Getting your computer compatible with HEVC is a whole other topic. Recent Macs are compatible, as are some combinations of newer Windows machines (it depends on both the operating system and what processor chip it uses). If you’re using Windows 10, you can find the codec here.

In terms of compatibility, this is what GoPro says:

Playing Media on Unsupported Operating Systems. If your computer isn’t running Windows 10 / macOS High Sierra or newer, you will not be able to play HEVC files. Quik for desktop will still copy HEVC files to your computer, but they won’t appear in the Quik for desktop Media gallery. Also, third-party apps won’t be able to play HEVC files.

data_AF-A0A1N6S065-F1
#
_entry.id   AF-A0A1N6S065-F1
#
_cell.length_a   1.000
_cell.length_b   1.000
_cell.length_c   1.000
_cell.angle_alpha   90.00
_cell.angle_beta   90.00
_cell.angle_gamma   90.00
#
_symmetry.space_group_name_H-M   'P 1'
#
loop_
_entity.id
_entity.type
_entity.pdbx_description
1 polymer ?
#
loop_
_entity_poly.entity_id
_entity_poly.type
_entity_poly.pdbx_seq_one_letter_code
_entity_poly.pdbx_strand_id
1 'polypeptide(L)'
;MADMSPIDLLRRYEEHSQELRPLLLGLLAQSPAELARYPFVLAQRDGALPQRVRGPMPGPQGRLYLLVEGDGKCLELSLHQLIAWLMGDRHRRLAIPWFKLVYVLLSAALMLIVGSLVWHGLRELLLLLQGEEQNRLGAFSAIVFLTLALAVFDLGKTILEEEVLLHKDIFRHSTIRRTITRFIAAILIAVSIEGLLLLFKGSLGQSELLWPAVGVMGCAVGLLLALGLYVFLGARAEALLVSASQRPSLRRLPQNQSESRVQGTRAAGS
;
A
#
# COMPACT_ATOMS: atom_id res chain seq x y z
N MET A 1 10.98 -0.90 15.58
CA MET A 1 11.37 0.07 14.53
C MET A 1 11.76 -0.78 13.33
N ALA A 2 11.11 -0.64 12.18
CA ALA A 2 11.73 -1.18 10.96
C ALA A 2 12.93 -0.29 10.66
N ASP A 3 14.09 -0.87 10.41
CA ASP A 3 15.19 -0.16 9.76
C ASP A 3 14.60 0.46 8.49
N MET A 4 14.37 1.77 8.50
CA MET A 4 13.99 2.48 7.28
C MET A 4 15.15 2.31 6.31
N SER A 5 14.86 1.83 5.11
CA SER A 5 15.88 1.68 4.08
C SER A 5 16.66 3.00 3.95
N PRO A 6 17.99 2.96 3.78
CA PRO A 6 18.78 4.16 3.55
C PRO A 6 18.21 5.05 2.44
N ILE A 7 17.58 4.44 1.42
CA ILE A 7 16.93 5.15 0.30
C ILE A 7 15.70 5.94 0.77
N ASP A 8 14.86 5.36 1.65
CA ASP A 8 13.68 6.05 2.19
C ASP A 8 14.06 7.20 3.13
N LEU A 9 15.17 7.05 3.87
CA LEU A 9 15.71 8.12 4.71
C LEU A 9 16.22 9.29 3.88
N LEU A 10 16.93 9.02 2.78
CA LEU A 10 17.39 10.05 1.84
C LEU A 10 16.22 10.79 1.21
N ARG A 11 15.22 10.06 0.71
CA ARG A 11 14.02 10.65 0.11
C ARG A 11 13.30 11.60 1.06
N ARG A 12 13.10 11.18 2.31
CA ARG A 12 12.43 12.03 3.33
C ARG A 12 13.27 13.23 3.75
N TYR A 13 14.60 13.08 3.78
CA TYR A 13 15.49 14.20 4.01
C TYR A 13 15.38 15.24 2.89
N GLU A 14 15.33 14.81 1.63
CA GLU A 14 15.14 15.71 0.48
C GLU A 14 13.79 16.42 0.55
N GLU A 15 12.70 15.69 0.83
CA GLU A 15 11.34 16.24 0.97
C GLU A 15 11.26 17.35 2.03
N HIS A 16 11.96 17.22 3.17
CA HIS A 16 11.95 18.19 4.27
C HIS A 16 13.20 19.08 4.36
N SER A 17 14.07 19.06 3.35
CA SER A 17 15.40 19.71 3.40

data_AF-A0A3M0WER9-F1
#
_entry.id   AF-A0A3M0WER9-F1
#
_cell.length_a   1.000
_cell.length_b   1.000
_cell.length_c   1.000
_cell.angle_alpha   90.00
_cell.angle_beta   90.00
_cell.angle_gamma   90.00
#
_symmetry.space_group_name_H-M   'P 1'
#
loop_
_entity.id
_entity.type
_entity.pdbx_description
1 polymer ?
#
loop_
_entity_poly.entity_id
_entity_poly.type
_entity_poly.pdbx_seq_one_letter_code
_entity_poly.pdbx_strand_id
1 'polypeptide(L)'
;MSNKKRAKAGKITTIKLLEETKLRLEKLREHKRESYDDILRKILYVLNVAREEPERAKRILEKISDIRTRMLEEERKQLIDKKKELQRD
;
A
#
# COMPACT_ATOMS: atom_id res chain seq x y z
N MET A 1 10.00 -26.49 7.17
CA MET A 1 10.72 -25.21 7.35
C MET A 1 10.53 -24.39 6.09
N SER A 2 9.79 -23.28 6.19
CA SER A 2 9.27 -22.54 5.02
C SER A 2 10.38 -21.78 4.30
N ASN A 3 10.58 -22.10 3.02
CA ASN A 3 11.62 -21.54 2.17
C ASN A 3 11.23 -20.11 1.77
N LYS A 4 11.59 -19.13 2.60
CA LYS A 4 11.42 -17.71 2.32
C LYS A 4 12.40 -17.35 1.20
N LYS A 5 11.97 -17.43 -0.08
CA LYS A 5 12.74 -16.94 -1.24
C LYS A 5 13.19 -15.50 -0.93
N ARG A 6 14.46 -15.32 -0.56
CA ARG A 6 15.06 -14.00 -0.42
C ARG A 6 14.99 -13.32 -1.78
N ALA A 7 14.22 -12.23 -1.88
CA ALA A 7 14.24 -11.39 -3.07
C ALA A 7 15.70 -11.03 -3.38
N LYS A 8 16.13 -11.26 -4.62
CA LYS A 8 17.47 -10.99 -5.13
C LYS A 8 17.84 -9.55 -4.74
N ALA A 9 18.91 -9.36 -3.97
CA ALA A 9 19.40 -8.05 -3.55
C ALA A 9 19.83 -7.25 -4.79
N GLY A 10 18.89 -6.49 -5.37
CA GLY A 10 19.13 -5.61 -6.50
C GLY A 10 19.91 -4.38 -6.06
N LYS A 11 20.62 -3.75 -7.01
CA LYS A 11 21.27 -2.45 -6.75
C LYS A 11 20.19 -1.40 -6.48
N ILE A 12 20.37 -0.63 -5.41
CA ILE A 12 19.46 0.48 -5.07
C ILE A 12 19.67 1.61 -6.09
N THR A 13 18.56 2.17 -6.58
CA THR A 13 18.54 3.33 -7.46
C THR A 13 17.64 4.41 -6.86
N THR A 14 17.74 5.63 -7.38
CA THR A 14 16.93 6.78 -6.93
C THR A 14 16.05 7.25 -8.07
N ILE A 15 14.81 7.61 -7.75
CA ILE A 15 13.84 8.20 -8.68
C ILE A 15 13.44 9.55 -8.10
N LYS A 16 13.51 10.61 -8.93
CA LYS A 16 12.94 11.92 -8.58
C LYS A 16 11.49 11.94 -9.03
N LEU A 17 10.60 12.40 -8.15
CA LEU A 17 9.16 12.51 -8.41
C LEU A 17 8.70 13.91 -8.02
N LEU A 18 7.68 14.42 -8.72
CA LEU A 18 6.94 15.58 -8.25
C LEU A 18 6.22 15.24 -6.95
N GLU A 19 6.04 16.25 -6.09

Playing Media on Supported Operating Systems, but Older Computers. While Windows 10 / macOS High Sierra supports HEVC, your computer must use a newer processor to play those files smoothly. Quik for desktop will still copy HEVC files to your computer, but those files may struggle to play back. In general, computers manufactured before 2016 may not handle HEVC files well. See the partial list of supported computers/processors above.


  1. Even more confusingly, when you shoot photos on a GoPro, you have a choice of JPG or RAW. If you choose JPG, it will save a single JPG. If you choose RAW, it will save both a RAW and a JPG. 
  2. GoPro does provide a list of which modes use HEVC on their website, but hopefully, this post explains things a bit more fully and clearly.